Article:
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Plant Physiol. 2004 Jun;135(2):849-58. Epub 2004 Jun 1.

Plastidial alpha-glucan phosphorylase is not required for starch degradation in Arabidopsis leaves but has a role in the tolerance of abiotic stress.

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Institute of Plant Sciences, University of Bern, CH-3013 Bern, Switzerland.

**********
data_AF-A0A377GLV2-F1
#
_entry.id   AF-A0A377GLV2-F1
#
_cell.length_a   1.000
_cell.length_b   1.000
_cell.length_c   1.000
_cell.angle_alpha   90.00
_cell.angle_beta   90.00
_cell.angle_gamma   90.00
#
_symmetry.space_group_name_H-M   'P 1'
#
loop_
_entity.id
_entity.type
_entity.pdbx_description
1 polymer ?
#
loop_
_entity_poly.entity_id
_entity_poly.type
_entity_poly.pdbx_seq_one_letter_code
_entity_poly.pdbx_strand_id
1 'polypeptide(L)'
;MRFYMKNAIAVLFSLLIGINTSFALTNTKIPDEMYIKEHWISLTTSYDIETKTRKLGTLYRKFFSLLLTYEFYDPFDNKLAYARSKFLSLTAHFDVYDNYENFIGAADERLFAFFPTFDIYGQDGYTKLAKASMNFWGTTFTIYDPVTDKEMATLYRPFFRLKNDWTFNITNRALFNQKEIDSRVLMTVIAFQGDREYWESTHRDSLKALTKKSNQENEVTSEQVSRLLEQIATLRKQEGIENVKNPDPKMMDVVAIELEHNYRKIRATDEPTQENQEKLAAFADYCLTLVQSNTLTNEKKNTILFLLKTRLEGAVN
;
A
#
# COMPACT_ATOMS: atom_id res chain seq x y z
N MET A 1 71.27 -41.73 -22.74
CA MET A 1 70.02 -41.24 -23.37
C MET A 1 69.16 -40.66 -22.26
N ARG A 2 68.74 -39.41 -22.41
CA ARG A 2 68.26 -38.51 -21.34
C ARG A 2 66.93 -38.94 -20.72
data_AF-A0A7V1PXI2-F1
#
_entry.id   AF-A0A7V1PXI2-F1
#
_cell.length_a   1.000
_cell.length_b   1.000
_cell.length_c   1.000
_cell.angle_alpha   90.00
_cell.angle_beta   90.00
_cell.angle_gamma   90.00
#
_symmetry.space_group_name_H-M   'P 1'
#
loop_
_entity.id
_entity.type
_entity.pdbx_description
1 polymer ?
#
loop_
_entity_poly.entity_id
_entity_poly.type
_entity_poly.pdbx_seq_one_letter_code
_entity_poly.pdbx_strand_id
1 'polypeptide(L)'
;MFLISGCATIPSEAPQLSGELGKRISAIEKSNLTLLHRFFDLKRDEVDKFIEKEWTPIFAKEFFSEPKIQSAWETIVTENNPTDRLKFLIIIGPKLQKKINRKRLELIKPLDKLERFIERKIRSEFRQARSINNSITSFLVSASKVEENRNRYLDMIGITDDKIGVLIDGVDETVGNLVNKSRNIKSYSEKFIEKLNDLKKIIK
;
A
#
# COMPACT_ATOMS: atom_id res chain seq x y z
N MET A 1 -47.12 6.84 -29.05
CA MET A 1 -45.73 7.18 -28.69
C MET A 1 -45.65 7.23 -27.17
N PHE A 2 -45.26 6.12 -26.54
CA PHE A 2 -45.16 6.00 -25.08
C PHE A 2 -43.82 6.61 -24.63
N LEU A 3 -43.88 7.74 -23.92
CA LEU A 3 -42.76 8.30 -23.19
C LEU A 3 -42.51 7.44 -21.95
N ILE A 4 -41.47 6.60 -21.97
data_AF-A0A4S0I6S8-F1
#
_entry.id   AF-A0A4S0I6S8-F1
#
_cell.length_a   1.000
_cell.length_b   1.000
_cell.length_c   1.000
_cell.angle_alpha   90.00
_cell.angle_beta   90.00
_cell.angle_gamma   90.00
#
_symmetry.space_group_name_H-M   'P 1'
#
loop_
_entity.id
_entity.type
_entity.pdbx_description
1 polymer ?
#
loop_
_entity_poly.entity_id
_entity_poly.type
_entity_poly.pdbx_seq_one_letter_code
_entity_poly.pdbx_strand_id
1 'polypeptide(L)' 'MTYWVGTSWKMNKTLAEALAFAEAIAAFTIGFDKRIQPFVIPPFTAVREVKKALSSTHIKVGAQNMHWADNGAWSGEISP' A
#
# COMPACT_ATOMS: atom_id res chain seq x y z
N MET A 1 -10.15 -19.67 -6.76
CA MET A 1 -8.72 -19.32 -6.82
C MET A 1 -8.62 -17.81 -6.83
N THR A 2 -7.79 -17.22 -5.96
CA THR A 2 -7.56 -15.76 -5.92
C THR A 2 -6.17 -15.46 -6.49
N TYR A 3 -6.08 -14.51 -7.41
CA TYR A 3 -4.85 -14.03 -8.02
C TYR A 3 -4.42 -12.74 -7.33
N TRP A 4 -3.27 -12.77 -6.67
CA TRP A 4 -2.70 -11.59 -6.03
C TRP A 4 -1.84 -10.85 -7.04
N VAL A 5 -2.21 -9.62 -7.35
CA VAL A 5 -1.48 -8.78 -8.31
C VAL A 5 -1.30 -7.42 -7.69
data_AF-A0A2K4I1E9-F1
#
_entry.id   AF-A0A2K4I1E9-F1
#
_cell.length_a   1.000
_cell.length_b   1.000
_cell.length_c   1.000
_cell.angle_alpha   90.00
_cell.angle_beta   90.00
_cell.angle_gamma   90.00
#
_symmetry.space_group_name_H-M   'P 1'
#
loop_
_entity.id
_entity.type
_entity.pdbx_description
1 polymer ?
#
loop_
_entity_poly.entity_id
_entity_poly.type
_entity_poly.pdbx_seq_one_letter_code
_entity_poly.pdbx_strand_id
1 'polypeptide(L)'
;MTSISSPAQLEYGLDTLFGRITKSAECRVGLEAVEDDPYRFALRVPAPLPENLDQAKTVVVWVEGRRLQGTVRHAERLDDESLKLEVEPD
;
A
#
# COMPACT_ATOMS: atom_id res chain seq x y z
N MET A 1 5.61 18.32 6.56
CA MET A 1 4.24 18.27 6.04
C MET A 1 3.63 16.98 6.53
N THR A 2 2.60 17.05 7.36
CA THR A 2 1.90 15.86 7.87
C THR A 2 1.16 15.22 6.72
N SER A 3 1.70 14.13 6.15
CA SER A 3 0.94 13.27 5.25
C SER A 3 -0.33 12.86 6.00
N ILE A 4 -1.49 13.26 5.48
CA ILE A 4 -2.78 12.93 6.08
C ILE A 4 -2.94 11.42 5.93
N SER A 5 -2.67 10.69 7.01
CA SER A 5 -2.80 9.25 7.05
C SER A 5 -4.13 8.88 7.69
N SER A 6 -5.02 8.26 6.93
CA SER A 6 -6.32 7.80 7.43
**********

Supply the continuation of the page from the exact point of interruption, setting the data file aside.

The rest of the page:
To study the role of the plastidial alpha-glucan phosphorylase in starch metabolism in the leaves of Arabidopsis, two independent mutant lines containing T-DNA insertions within the phosphorylase gene were identified. Both insertions eliminate the activity of the plastidial alpha-glucan phosphorylase. Measurement of other enzymes of starch metabolism reveals only minor changes compared with the wild type. The loss of plastidial alpha-glucan phosphorylase does not cause a significant change in the total accumulation of starch during the day or its remobilization at night. Starch structure and composition are unaltered. However, mutant plants display lesions on their leaves that are not seen on wild-type plants, and mesophyll cells bordering the lesions accumulate high levels of starch. Lesion formation is abolished by growing plants under 100% humidity in still air, but subsequent transfer to circulating air with lower humidity causes extensive wilting in the mutant leaves. Wilted sectors die, causing large lesions that are bordered by starch-accumulating cells. Similar lesions are caused by the application of acute salt stress to mature plants. We conclude that plastidial phosphorylase is not required for the degradation of starch, but that it plays a role in the capacity of the leaf lamina to endure a transient water deficit.

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